Campus leaders who want to promote collegiality within their departments need to adopt specific strategies. These include establishing a departmental code of conduct, using various assessment tools to establish criteria for collegial behavior and to measure it, and implementing ways to deal with noncollegial behavior. Join collegiality experts Robert Cipriano and Jeffrey Buller as they share, proactive strategies academic leaders can use to foster collegiality in their programs.
Online Seminar • Recorded on Tuesday, November 12th, 2013
Ongoing problems within a department can have profound consequences, including difficulty in recruiting and retaining faculty and students, loss of funding, and even program termination. While the health of a department cannot be the responsibility of a single person, the department chair plays a pivotal role in getting departments out of trouble and maintaining a healthy, positive direction.
In the now famous presentation at the 2008 TED (Technology, Entertainment, Design) conference in Long Beach, California, Benjamin Zander, the music director of the Boston Philharmonic Orchestra, spoke of the insights he gained into what makes a conductor great. Zander noted that only after 20 years at the podium did he realize that the conductor is the only person in the orchestra who “doesn’t make a sound. He depends for his power on his ability to make other people powerful.” (Zander, 2009)
While entering the administrative ranks of academia might seem a formidable task, staying there presents a whole other series of challenges. The average length of stay for a dean, vice chancellor, or chancellor can often be fewer than five years and in some programs, the duration of leadership has been known to be considerably shorter.
Academicians who enter administration often lack the full training necessary to navigate their challenging work environment. Those who excel actively seek out opportunities to enhance the specific skills they need to succeed. This 90-minute seminar brings you an effective, low-pressure, easy-to-remember approach to important decisions.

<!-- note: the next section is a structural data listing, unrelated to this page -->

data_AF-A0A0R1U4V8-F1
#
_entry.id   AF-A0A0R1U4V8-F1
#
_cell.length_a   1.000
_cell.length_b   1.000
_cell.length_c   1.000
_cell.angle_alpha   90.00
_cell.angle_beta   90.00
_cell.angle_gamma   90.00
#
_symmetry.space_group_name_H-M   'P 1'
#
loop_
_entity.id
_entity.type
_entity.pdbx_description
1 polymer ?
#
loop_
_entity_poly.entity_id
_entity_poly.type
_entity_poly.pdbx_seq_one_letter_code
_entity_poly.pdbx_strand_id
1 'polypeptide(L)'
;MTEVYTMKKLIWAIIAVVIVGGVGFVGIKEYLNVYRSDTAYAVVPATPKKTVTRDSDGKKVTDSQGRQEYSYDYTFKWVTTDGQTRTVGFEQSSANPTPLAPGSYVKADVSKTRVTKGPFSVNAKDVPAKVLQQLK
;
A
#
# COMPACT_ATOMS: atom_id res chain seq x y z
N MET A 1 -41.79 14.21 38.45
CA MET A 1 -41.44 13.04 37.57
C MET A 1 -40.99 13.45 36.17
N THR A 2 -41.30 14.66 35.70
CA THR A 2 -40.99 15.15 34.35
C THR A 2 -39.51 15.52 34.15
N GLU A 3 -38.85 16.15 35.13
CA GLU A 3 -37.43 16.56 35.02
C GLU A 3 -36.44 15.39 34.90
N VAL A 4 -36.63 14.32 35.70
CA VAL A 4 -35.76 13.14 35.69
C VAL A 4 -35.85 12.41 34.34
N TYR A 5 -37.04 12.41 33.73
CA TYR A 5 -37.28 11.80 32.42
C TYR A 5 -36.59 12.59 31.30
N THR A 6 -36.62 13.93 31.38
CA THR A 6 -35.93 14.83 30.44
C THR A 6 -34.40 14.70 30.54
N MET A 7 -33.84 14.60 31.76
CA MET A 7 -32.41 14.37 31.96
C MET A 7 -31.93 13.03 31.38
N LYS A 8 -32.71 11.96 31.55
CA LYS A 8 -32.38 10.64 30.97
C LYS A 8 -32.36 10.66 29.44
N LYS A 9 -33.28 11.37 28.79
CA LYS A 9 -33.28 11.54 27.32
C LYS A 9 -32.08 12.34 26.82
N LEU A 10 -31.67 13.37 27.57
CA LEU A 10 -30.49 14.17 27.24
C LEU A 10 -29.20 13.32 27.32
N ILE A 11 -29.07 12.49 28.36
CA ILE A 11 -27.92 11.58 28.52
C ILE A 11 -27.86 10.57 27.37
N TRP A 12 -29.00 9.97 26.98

audio Online Seminar • Recorded on Tuesday, March 9th, 2010
There’s nothing like a good old-fashioned all-day orientation program to get new academic leaders acclimated and ready to tackle the challenges of their new positions, right? Wrong.
Given the rate of department chair turnover and the skills and knowledge required to do the job well, it makes sense to consider ways to smooth the transition.
While I am far from a computer guru, I know the great value of technology and have become addicted to email. I am not sure how many hundred email messages I get each week, but my OCD tendencies lead me to an irresistible desire to check and respond to my messages many times a day. Such a compulsion is, I fear, only one symptom of my personal infomania and rushaholism. And I know I am not alone.
All too often new administrators are left to fend for themselves when it comes to discovering and developing the skills they need to succeed in their new position. This report will help new administrators navigate the potential minefields and find their voice when it comes to leading effectively.
The current conditions for leadership development in academe are less than optimal. More often than not, academic leaders come from faculty ranks having been asked to assume positions as department heads/chairs or even deans having had no previous administrative experience. The individual has opportunities for development, but not on any long-term or ongoing basis.